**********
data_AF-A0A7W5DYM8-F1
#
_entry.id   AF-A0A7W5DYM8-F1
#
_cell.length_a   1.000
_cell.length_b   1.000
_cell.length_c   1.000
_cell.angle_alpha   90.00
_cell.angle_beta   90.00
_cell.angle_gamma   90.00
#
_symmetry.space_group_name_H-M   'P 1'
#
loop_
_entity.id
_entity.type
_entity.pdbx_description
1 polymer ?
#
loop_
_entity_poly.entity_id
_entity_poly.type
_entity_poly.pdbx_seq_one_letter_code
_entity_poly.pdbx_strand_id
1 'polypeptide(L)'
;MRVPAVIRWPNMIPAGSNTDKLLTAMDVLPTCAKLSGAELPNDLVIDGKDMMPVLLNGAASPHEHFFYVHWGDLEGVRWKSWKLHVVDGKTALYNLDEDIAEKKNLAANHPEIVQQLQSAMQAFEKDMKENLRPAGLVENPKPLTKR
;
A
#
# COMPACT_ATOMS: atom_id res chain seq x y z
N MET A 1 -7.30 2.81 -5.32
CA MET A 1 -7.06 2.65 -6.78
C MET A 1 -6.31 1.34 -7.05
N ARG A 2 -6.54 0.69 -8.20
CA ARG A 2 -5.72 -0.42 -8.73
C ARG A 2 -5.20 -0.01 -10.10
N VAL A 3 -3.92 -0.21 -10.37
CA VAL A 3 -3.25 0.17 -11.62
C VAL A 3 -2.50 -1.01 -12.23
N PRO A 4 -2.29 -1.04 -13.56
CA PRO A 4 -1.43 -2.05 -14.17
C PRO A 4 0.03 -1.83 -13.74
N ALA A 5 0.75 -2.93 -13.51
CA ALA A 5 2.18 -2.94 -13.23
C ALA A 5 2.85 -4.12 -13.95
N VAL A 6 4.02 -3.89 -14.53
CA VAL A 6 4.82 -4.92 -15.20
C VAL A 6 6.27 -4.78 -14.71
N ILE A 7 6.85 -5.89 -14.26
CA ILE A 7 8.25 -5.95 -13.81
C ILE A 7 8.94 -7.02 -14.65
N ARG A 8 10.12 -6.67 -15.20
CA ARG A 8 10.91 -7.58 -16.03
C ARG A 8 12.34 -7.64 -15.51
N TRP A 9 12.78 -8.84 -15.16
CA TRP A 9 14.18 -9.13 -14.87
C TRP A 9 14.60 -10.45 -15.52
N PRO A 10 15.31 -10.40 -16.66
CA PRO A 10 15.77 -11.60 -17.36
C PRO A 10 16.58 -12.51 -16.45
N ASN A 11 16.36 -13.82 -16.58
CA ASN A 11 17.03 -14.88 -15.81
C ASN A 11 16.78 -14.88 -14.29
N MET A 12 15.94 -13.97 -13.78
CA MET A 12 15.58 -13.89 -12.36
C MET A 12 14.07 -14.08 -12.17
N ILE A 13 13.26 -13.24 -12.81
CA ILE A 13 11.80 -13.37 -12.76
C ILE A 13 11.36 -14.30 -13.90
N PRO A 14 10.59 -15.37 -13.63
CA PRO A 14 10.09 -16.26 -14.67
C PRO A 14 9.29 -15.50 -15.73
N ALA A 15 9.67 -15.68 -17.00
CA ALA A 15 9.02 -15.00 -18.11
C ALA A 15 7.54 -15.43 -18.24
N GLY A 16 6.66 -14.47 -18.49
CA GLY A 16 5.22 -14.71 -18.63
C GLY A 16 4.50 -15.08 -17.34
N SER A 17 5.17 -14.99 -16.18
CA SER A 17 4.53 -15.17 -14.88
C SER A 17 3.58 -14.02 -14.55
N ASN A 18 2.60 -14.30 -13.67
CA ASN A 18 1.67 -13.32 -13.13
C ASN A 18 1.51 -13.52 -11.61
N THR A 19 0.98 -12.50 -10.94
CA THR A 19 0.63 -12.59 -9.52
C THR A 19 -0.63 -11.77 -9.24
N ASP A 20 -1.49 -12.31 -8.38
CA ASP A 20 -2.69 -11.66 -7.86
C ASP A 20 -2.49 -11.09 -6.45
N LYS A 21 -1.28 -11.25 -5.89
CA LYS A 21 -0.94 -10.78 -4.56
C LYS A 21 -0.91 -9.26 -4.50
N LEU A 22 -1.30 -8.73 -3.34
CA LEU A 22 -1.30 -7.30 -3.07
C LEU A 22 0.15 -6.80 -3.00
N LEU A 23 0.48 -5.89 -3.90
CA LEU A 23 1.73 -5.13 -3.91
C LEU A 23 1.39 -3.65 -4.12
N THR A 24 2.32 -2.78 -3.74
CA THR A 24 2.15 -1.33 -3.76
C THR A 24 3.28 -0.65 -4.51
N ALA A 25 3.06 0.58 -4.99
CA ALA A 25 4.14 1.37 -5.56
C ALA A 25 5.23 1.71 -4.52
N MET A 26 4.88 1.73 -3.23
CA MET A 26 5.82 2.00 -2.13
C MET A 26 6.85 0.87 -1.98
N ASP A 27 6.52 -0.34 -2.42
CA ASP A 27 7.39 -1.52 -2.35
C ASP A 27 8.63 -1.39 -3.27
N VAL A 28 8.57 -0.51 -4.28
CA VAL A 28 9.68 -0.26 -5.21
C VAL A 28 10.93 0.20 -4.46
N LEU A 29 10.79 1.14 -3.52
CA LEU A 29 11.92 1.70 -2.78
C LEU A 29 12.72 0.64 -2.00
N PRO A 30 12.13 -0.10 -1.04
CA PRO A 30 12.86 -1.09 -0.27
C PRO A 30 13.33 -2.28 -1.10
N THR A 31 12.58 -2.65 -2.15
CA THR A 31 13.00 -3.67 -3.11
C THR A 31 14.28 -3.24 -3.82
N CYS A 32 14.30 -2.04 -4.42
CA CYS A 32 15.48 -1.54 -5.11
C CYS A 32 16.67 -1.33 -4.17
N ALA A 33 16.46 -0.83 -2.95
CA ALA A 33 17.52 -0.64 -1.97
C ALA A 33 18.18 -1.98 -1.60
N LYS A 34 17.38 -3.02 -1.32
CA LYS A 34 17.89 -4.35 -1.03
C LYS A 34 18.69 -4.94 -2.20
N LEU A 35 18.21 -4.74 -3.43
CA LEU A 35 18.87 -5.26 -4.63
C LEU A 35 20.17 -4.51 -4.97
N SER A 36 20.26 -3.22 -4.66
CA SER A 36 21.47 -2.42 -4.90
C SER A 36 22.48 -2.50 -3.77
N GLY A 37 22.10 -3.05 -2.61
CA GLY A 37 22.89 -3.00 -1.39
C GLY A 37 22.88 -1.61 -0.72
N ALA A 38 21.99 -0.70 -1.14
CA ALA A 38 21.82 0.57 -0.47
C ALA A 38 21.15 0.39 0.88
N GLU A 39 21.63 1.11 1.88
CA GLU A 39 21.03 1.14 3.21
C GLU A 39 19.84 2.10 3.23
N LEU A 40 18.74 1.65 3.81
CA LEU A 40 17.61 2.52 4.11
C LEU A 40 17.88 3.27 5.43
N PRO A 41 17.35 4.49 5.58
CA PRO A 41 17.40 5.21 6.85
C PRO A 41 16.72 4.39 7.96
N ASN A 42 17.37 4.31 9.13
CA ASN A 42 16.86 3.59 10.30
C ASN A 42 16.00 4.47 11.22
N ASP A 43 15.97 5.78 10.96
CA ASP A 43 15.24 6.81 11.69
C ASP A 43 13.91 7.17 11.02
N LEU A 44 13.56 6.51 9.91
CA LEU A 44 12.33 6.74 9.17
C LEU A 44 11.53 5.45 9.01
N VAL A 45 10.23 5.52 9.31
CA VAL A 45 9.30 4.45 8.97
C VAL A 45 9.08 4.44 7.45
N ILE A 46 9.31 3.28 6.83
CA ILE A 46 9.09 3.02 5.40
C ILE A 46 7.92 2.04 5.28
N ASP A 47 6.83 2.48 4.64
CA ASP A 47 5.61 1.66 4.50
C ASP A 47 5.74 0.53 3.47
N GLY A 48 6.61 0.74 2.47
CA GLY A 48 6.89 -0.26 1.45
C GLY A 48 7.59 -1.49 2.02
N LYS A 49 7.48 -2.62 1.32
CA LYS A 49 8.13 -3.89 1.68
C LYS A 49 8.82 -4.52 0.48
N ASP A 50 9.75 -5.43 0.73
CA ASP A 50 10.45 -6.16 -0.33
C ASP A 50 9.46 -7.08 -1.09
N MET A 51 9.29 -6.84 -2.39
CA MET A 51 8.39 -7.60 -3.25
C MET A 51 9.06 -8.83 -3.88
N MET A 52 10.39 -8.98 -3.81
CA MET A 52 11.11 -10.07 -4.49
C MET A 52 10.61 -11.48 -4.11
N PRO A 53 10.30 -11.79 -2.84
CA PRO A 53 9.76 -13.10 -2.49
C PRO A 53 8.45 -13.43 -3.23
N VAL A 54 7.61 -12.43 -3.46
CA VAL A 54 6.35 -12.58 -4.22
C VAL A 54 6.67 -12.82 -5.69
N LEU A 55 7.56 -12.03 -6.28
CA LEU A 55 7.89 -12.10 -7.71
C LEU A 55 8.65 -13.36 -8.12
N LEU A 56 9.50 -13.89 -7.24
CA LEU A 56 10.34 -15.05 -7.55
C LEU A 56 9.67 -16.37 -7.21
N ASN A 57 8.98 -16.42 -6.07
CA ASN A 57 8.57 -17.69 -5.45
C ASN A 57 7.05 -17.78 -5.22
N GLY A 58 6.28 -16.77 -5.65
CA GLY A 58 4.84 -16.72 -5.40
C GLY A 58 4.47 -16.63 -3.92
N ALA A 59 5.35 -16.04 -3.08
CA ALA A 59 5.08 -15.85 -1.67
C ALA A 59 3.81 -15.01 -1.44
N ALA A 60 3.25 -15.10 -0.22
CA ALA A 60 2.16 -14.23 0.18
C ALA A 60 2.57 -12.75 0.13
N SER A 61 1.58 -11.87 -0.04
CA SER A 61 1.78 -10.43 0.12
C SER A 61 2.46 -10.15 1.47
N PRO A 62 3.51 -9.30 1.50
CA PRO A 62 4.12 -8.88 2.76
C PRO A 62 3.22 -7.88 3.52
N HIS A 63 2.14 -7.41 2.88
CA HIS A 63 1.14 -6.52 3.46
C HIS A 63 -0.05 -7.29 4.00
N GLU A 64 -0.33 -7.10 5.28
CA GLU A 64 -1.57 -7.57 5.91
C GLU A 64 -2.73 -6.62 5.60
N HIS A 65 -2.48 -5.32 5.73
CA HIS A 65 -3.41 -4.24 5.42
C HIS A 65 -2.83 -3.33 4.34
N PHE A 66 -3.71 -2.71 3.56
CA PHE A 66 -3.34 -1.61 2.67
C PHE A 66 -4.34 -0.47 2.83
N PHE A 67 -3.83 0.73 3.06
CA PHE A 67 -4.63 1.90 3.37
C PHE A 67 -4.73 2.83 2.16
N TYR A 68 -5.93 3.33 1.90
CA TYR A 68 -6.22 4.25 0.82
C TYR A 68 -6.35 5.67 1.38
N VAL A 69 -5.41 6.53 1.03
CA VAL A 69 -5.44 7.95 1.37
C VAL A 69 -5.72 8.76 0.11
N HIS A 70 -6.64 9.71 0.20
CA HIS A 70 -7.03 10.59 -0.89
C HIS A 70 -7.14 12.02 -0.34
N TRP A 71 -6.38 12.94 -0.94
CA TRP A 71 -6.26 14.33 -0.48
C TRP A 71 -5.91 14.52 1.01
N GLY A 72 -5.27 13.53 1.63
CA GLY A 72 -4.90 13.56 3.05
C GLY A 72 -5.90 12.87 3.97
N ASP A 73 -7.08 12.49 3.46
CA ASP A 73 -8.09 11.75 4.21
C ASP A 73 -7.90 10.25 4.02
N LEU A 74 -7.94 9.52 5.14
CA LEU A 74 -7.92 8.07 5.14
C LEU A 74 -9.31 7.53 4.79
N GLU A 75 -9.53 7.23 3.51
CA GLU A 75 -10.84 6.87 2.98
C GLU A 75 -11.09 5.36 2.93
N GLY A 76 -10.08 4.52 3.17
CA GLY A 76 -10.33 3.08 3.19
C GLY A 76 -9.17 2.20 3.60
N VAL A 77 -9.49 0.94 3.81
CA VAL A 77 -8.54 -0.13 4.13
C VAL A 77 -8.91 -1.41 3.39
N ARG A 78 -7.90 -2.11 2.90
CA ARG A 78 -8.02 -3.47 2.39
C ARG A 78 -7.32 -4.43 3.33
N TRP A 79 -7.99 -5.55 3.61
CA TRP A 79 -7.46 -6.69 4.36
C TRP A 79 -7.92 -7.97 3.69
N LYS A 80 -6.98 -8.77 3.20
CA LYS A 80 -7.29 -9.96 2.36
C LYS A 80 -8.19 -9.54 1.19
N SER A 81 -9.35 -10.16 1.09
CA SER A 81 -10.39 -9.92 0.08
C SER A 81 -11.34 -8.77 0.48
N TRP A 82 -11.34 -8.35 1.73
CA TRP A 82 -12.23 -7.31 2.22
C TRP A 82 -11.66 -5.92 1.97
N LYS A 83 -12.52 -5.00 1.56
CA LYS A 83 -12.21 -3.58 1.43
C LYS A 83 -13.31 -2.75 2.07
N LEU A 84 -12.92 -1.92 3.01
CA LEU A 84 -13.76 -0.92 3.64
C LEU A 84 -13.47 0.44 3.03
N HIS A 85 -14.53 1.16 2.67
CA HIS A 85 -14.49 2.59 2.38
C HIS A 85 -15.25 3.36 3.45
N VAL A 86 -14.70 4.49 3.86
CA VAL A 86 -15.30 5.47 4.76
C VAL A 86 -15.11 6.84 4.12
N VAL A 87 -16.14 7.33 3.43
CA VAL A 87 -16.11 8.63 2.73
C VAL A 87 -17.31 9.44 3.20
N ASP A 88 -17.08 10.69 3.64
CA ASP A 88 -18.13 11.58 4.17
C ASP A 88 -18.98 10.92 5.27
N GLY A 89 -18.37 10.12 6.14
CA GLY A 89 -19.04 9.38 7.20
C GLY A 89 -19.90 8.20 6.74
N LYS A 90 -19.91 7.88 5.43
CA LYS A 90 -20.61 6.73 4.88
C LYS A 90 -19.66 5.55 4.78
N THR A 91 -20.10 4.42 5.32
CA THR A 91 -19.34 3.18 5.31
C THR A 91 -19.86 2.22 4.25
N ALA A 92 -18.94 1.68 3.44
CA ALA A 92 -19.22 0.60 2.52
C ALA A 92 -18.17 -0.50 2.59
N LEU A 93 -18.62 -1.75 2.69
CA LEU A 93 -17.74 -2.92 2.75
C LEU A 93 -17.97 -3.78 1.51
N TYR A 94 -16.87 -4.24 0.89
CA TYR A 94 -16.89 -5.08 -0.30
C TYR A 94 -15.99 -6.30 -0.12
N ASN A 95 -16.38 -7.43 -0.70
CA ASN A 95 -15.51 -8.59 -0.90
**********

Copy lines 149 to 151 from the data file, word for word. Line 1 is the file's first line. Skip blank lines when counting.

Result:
CA LEU A 40 17.61 2.52 4.11
C LEU A 40 17.88 3.27 5.43
N PRO A 41 17.35 4.49 5.58